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Hello everyone. Thank you very much for joining us. My name is Matt Callison and with me is Dr. Brian Lau we’re with the Sports Medicine Acupuncture Certification program. We’re lucky enough to be able to have this, this sports podcast with the American Acupuncture Council. So we want to give a big shout out to the American Acupuncture Council. Thank you very much. We have a great opportunity today that we can invite a number of top speakers in the sports acupuncture field. And today we have Dr. Michael Corradino, he’s the creator and founder of neuropuncture. It’s the only complete neuroscience acupuncture system that we have here in the United States. He has been clinically practicing acupuncture for 25 years has been traveling the world, teaching a system and researching neuroscience acupuncture for the past 15 years. He’s been involved in groundbreaking electrical acupuncture research, and as a published author in this field.
And from what we understand, he’s actually working on his third book. Michael. Welcome. Thank you so much for joining us. Really appreciate it. Welcome, Michael. Thank you guys so much. It’s a real incredible honor. Thank you. Well, um, should we just jump right into the first topic? Sure, sure. So what we discussed was let’s, let’s get into a talk a conversation about neurophysiological mechanism of acupuncture. Why don’t you go ahead and take it, Michael. All right. So I think on this particular topic, I think it’s important to kind of plant the little, little flag right here of acknowledging that the language of our medicine, um, being, you know, from 2,500 years ago was our ancient predecessors and founders of our medicine, observing physiological phenomenon and putting it in the language and terms that they had at that date. And that, um, the, unfortunately I believe the very strong, unfortunate, uh, mistranslations of energy and meridians.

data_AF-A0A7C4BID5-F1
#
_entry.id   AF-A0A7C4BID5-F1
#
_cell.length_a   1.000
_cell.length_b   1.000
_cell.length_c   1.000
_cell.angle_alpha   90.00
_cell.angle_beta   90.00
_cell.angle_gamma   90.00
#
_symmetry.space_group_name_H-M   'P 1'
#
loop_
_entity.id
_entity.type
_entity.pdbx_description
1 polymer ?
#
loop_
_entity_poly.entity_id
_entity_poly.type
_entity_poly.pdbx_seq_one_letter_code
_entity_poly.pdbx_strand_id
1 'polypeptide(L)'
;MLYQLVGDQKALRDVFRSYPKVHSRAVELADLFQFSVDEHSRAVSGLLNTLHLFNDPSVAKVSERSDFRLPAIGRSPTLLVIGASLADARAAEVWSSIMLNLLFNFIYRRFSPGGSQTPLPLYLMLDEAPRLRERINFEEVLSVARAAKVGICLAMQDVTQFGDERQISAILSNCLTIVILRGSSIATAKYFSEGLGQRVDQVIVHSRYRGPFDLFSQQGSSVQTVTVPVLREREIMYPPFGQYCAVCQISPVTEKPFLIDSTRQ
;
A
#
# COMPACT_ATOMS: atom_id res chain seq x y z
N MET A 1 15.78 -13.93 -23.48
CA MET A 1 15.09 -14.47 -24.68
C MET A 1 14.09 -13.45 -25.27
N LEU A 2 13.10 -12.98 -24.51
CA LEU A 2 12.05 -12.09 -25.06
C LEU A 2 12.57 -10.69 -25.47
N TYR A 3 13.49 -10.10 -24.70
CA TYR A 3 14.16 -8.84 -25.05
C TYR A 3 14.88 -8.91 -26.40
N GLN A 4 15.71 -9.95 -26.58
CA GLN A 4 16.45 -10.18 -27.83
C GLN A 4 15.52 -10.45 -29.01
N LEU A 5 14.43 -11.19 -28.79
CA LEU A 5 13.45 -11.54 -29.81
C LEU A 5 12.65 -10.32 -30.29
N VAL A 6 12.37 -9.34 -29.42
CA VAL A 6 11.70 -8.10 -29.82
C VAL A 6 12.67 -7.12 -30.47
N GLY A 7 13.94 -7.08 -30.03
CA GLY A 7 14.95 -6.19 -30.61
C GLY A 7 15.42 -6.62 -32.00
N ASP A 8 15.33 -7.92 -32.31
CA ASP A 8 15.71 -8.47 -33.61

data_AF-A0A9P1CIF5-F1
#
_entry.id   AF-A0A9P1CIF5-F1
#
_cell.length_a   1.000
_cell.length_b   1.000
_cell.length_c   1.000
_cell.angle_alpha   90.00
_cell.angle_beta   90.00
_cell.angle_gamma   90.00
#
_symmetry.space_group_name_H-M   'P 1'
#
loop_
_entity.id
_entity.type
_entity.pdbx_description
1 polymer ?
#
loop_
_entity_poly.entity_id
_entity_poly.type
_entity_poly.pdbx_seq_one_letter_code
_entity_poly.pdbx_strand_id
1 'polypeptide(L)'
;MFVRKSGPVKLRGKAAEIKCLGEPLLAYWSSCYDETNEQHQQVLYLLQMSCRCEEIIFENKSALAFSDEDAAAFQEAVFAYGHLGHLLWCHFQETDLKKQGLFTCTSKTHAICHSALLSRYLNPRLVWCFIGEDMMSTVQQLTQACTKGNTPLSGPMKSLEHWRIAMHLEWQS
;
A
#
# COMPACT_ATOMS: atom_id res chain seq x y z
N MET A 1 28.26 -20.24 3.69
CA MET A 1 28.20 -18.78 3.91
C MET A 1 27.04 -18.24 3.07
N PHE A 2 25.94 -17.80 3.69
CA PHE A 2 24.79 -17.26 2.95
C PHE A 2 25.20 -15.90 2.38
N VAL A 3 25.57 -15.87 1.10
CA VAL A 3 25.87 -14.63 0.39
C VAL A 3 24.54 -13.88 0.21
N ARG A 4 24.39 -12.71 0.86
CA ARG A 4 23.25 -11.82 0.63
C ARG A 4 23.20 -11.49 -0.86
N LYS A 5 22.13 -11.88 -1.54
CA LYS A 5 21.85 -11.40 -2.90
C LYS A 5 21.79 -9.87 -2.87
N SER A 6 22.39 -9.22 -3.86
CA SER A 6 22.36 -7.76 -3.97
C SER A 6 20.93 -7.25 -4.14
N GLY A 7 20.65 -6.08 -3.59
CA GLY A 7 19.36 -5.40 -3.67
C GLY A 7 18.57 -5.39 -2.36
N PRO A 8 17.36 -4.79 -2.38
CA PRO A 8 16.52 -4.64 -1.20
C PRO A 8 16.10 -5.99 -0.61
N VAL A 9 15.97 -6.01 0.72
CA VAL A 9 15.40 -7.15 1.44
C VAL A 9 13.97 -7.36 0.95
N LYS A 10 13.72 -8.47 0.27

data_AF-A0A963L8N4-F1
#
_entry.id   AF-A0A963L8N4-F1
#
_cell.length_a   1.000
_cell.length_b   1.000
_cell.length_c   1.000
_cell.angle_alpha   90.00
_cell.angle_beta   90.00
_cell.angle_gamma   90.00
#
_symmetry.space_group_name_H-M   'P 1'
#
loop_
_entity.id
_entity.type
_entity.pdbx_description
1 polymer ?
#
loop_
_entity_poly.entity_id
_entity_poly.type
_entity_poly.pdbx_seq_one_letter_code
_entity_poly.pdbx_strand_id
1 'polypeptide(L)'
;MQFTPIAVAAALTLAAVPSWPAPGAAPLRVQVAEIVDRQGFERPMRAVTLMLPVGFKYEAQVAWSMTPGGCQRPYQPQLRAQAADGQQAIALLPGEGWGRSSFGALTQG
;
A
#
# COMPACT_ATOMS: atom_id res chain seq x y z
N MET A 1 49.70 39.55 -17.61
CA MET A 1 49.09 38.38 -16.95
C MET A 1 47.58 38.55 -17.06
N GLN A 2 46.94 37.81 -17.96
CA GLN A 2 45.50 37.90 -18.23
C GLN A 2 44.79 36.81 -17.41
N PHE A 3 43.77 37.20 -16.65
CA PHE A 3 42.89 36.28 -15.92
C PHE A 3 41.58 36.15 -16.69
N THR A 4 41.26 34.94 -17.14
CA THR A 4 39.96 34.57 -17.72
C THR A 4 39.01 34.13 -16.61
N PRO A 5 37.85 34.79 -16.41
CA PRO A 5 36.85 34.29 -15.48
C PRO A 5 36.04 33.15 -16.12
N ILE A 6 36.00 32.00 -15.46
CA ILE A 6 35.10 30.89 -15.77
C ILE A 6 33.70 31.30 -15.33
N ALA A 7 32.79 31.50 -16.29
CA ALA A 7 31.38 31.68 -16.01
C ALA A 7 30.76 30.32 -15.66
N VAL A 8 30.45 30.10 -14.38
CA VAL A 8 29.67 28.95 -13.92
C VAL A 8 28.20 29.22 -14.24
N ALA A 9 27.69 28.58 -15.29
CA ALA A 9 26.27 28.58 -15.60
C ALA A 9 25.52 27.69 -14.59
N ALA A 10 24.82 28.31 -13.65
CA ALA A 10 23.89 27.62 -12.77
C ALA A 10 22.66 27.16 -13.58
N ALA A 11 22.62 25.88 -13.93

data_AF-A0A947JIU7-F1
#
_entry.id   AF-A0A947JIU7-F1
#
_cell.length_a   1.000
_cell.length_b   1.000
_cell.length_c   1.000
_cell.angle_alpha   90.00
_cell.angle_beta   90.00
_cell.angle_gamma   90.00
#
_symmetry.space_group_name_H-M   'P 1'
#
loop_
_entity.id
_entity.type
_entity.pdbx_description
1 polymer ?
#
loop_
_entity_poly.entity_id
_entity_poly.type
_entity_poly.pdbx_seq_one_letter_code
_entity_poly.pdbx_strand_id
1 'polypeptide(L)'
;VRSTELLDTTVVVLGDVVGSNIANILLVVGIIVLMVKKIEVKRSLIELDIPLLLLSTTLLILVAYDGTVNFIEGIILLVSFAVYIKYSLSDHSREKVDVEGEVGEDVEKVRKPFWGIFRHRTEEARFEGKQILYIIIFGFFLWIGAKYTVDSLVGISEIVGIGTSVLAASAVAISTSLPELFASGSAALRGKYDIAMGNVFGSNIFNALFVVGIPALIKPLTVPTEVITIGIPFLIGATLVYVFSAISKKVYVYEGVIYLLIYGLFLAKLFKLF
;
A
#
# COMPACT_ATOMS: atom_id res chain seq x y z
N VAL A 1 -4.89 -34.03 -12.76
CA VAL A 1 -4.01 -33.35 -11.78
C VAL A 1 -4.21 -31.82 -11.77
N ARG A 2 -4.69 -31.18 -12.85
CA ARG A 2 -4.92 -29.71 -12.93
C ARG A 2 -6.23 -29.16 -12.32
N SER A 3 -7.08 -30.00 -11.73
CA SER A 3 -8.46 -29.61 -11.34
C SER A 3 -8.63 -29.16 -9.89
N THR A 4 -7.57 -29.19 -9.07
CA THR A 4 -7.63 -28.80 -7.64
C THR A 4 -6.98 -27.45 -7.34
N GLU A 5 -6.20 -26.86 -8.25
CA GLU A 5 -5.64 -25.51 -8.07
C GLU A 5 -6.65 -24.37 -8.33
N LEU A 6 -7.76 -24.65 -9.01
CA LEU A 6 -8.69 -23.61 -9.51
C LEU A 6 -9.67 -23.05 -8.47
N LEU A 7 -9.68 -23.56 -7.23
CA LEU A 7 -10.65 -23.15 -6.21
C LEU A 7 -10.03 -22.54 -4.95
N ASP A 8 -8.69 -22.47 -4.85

And I know that a lot of our professional professions liked to use that was who was, was really, you know, mistranslated by Soulié de Morant, who was not a physician. I think that’s very clear to make that point because in my travels to China, uh, you know, there’s strong documentation of physicians from Germany, America, and France that traveled to China in the 16 hundreds in the physicians, when they looked at the classics, understanding anatomy, physiology, pathology clearly really translated jingluo, and mai and qi more as breath as qi and pathways and channels and networks and actually points they translate as neurovascular nodes. So when you put the physician hat on as a, as a physician, I think that the neurophysiology understanding of acupuncture was kind of side routed because the energetic model, but today using 20th and 21st century medical sciences, we can absolutely understand the physiology of acupuncture. I think a lot of the groundbreaking research with functional MRIs clearly denotes that we are modulating the nervous system. We can target specific regions of the brain specific receptors with electrical frequencies and different hand techniques, which is measured by frequencies. And we transmit signals along, uh, the neuropathways that then communicate with the entire body because, you know, brain being the CPU, um, you know, uh, I teach five main neurophysiological mechanisms and I think they really clearly do explain all of acupuncture’s clinical phenomenon today. Awesome. Awesome.